France’s government increased the size of the subsidy it offers to people who trade in their gas-powered cars for electric bikes to as much as €4,000 (approx. $3,976) per person, according to The Times. The money is meant to incentivize people to ditch their polluting modes of transportation in favor of cleaner, more environmentally friendly alternatives.
People who live in low-income households in low-emission urban zones that trade in their cars are eligible for the full €4,000 subsidy to put toward the purchase of an e-bike. (Traditional, non-motorized bikes also qualify for the incentive.) French citizens from higher income brackets can claim smaller subsidies.
The subsidy, which was first introduced last year, was recently increased after officials determined that more needed to be done to catch up to bike-loving rivals like the Netherlands, Germany, and Denmark. The French government has said it wants 9 percent of the country to switch to bicycles by 2024, compared with only 3 percent now. The Netherlands boasts a huge 27 percent in this area.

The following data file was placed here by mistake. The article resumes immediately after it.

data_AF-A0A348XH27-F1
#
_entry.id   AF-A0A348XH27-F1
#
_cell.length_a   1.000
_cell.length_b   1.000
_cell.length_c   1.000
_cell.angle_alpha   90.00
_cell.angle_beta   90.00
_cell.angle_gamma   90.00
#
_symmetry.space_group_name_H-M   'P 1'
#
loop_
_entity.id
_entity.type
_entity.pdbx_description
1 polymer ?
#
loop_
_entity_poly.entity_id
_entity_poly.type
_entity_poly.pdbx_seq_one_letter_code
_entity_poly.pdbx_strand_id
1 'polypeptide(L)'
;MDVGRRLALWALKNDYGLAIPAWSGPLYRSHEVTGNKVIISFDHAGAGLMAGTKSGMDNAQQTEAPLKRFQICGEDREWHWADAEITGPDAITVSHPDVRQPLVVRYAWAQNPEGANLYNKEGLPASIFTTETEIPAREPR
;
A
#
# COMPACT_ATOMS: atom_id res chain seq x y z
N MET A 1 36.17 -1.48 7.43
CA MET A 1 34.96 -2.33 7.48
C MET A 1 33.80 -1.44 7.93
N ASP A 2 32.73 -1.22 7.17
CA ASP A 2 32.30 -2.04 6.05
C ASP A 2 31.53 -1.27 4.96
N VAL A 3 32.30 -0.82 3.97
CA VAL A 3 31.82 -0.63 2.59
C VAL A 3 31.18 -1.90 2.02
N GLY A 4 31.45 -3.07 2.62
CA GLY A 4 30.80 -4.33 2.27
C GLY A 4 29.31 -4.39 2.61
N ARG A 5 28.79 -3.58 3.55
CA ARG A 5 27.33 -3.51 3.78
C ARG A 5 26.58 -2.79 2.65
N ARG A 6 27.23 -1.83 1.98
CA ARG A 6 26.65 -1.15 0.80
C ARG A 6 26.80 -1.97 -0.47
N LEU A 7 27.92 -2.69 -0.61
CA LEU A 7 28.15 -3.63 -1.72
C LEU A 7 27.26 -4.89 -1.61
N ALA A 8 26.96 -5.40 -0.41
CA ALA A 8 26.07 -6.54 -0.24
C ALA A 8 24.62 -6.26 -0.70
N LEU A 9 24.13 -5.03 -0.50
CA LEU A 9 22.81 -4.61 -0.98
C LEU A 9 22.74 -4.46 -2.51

The policy is modeled on a hugely successful program in Lithuania, in which citizens qualify for a subsidy of up to €1,000 (nearly $994) for the purchase of a new electric bike, scooter, moped, motorcycle, or even public transportation credits, after exchanging their old vehicle.
But France isn’t just spending money on individual incentives. Emmanuel Macron’s government also said it would invest €250 million to make the city of Paris entirely bikeable. And the city’s mayor, Anne Hidalgo, won reelection last year on a promise to add another 130 kilometers (over 80 miles) of bike-safe pathways over the next five years.
The news comes a week after US President Joe Biden signed a huge tax and climate bill into law that completely ignores the climate change fighting potential of e-bikes. The bill includes millions of dollars for EV tax credits but no money for e-bike incentives.